Decriminalising sex, an act that sends chill down the spine of many people.
Many governments around the world are against the same, but some countries have opted for the choice, with South Korea jumping on the infamous bandwagon.
The law against adultery in this Asian nation was accepted in 1953 and was even upheld in 2008 with protecting social harmony given as the reason.
Now one might wonder what the after-effect of such a move might be. Well, to start with, stocks of one of South Korea’s condom company increased by 15%. That’s valid!
The nine-judge panel that preceded the hearing contained seven members who rejected the ban as unconstitutional.
Seo Ki-seok, Constitutional Court justice, in defence if the judgement passed by them said, “The law is unconstitutional as it infringes people’s right to make their own decisions on sex and secrecy and freedom of their private life, violating the principle banning excessive enforcement under the constitution”.
With shares of Unidus Corp, a condom manufacturing company, soaring by 15%, it is evident that the locals have taken the news within their stride.
When it comes to adultery in South Korea, the last five years have seen over 5,000 people accused. In 2014 alone, 900 individuals were arraigned of infidelity.
Justice Park Han-Chul, who also presided the meeting, justifies the aforementioned statistic in his own way. “Even if adultery should be condemned as immoral, state power should not intervene in individuals’ private lives”, Park said.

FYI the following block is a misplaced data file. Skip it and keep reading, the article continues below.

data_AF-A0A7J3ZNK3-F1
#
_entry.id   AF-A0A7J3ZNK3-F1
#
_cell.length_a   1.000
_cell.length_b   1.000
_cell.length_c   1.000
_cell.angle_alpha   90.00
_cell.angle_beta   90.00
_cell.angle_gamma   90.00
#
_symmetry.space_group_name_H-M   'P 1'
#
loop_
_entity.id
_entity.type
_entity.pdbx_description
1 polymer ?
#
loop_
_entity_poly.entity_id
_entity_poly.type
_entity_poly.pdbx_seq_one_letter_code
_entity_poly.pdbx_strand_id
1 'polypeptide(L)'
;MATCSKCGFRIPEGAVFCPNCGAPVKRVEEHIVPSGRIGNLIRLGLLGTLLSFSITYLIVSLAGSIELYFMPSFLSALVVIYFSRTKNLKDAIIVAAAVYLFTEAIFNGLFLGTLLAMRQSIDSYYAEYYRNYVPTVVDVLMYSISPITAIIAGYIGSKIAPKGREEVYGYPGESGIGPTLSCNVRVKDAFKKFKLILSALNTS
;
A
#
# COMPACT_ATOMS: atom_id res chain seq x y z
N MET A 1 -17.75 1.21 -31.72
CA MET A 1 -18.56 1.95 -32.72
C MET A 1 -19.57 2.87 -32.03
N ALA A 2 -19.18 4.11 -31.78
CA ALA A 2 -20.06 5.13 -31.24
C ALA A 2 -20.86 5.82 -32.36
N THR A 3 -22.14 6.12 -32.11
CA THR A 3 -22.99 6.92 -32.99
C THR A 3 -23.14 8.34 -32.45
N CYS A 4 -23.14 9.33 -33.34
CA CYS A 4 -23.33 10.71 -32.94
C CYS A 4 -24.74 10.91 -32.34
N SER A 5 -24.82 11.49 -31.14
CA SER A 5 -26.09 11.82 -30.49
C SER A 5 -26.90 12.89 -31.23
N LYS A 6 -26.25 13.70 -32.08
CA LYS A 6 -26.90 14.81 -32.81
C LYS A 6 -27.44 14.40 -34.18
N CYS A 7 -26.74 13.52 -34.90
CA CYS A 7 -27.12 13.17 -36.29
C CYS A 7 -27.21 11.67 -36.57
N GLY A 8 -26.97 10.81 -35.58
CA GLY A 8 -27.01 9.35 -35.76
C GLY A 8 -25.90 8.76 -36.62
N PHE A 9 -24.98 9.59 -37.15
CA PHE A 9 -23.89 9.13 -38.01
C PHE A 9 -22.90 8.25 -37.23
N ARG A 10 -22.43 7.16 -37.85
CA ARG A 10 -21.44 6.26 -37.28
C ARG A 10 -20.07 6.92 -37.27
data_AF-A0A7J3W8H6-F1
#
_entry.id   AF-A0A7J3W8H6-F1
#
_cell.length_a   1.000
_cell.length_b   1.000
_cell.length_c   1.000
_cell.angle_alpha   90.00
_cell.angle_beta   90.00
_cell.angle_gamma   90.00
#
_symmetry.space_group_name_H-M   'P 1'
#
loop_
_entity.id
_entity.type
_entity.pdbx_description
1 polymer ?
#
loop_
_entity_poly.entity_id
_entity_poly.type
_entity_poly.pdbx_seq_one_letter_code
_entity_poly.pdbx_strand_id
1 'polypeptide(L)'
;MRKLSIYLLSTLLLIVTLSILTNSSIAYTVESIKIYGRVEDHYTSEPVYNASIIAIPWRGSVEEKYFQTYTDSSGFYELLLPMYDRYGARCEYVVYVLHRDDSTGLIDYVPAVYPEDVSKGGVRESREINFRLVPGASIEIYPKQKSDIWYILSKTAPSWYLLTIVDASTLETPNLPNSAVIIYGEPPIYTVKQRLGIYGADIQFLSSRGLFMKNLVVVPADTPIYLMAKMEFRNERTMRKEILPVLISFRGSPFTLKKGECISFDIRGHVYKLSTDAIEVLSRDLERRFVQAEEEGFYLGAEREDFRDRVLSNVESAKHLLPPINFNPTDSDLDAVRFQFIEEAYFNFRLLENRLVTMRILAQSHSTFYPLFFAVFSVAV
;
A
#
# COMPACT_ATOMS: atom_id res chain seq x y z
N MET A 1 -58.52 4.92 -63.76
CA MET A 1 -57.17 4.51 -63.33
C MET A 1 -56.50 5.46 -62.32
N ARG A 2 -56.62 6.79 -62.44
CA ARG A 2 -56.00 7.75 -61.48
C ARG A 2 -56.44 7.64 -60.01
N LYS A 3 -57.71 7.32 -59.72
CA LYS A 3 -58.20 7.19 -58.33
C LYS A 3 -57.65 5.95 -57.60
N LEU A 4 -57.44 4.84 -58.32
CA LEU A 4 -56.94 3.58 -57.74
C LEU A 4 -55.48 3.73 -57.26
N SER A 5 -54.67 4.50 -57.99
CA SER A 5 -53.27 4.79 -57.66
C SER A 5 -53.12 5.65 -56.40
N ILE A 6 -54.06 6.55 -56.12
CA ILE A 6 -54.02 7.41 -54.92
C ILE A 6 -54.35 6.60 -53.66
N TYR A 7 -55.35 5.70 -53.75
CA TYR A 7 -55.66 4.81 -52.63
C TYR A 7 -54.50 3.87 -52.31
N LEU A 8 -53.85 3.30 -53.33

April 2014 saw South Korea blocking a newly launched hook-up site citing the website threatened family values as the reason. Now, with sex being decriminalised, could the website go live again? Only time will tell that.
Besides South Korea, Japan is another country where sex is decriminalised. In mainland China, though infidelity is not a crime, it is surely a ground for divorce.
The Indian subcontinent has a weird law in regards with adultery; where men face penalty for adultery (five years imprisonment), women cannot be prosecuted for the same crime.
Europe is the only continent where adultery is no longer an offence.
The statute had defenders in South Korea, who claimed that decriminalising sex would lead to sexual immorality.